Of Moose and Mud

Recent research in British Columbia, Canada, finds that one reason why moose and other ungulates use highways and byways in their seasonal migrations may be to access roadside mineral deposits, or "mineral licks." But when these features exist near roadways, they entice moose to use habitat dangerously close to the motoring public. This article details new methods which try to reduce animal-vehicle collisions by deactivating roadside mineral deposits. Researchers at the University of Northern British Columbia and in California are coordinating research efforts to determine how to reduce moose-car collisions. Their study objectives are to (1) define strategies that will result in increased motorist safety, (2) reduce material damage claims, and (3) conserve the animal resource. It plans to diminish the attractiveness of roadside mineral licks in order to reduce moose activity near roadways. One deactivation technique involves excavating a lick site and backfilling the area with materials unattractive to moose. Reinforcing fabric materials placed over the site is another option that could inhibit access to the mineral soils and water and serve as a base for placing sod and planting unpalatable plant species. Likewise, covering the site with boulders or asphalt debris might deter moose visit. Still another technique is to spread a layer of lime or cement over the lick site and mix into the wet soil to creat a 6- to 24-inch layer that would cure and become a hard surface material, thus reducing the attractivenes of the area to ungulates. Rerouting site hydrology and drying up the lick might reduce it attractiveness since moose are attracted to wet licks. Campaigns to reduce animal-auto collisions should consider all possibilities and should consider what an animal is doing in a corridor. If a moose is there to forage, countermeasures should concentrate on diminishing its foraging base. In areas where there are frequent moose-auto collisions, installing new signage and posting reduced speed limits would alert motorists about potential threats and offer interim solutions until better deactivation techniques can be implemented in those areas. A project team from the University of Northern British Columbia will begin field testing in the summer of 2006, and in 2008 it expects to recommend the most effective techniques to the Canadian Ministry of Transportation.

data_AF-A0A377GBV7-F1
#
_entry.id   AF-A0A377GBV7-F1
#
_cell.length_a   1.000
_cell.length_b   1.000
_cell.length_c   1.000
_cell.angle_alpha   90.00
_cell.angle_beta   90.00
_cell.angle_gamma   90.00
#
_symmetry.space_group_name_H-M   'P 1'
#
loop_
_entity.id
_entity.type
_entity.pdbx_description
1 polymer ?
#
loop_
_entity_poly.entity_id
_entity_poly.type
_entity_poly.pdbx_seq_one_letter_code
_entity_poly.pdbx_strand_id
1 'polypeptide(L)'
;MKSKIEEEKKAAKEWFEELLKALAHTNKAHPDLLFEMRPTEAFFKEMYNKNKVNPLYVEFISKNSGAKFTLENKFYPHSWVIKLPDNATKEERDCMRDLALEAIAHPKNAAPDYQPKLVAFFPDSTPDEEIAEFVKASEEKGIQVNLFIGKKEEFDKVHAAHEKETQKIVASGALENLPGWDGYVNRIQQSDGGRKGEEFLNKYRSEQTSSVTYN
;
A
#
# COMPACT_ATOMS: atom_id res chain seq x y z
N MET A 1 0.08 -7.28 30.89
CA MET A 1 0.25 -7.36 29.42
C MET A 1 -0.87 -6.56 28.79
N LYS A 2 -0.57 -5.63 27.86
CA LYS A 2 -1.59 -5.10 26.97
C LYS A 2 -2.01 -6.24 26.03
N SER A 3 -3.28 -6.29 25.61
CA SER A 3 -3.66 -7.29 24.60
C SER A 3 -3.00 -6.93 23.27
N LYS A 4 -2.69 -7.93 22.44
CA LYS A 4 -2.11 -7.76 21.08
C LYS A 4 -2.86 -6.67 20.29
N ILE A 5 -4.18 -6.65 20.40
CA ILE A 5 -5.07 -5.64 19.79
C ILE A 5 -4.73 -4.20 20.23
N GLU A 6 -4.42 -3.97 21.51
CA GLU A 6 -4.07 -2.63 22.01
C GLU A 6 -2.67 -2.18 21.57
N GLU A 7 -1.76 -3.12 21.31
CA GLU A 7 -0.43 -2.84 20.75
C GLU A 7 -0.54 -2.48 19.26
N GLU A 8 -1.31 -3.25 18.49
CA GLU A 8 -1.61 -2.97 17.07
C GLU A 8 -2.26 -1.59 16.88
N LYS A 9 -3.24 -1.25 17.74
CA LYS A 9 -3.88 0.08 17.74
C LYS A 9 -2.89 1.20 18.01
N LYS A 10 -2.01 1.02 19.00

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  • Accession Number: 01011017
  • Record Type: Publication
  • Files: TRIS
  • Created Date: Nov 21 2005 4:27PM